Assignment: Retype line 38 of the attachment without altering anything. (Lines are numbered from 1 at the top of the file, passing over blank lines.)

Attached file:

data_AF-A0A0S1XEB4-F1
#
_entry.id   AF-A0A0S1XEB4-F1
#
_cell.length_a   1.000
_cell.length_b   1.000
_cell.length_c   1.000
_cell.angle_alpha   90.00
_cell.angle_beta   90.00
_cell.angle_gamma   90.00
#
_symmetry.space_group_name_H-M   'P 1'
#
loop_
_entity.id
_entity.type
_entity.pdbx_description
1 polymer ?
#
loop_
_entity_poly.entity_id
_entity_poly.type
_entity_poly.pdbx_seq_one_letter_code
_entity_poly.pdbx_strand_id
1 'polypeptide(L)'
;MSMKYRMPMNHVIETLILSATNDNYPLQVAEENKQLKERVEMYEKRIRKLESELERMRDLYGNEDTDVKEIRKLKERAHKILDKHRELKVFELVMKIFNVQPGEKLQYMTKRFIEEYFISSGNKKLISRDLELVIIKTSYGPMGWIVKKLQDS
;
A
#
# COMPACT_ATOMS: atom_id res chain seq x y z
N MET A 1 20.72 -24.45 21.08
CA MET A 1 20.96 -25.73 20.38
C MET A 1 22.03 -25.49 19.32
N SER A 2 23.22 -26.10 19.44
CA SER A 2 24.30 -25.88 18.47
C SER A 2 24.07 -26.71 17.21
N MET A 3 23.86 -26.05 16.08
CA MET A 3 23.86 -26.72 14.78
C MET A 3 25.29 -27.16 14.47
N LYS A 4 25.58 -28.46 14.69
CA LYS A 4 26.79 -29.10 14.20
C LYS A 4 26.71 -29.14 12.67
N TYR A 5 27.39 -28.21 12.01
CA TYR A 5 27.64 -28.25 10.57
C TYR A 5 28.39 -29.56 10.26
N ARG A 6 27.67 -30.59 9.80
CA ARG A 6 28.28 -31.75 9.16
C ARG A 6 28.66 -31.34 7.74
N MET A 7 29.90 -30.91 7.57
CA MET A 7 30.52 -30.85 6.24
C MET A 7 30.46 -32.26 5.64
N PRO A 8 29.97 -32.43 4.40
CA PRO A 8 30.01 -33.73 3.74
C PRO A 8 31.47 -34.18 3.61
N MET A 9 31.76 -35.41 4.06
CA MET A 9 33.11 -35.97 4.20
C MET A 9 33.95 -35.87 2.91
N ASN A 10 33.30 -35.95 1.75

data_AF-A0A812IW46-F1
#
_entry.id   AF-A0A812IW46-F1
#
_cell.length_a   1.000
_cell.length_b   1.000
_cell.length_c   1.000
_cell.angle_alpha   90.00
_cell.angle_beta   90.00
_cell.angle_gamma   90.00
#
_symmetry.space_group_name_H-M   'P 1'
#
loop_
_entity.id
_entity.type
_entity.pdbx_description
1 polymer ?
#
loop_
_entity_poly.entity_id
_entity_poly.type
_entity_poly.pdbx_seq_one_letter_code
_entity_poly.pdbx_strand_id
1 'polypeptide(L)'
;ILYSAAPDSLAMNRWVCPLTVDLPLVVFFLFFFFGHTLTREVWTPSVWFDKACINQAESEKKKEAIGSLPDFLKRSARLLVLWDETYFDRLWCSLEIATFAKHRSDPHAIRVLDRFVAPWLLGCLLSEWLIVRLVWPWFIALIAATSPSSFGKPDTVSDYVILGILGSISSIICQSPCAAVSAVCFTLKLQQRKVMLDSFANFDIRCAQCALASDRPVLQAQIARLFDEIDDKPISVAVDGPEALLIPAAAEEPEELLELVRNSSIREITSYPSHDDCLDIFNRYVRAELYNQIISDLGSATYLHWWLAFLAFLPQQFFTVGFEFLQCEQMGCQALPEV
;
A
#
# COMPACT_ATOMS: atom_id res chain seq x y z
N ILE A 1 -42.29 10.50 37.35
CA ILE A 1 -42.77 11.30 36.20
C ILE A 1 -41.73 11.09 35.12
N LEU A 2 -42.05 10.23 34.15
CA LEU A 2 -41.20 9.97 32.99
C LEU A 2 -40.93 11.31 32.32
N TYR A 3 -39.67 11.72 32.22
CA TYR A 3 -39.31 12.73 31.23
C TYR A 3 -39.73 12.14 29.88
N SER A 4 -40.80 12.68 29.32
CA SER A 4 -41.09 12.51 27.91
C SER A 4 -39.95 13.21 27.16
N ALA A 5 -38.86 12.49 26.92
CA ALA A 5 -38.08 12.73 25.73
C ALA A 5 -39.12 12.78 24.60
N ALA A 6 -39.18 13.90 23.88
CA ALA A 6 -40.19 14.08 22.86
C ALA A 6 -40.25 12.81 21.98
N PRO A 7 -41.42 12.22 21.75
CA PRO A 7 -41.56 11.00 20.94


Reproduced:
CA MET A 3 23.86 -26.72 14.78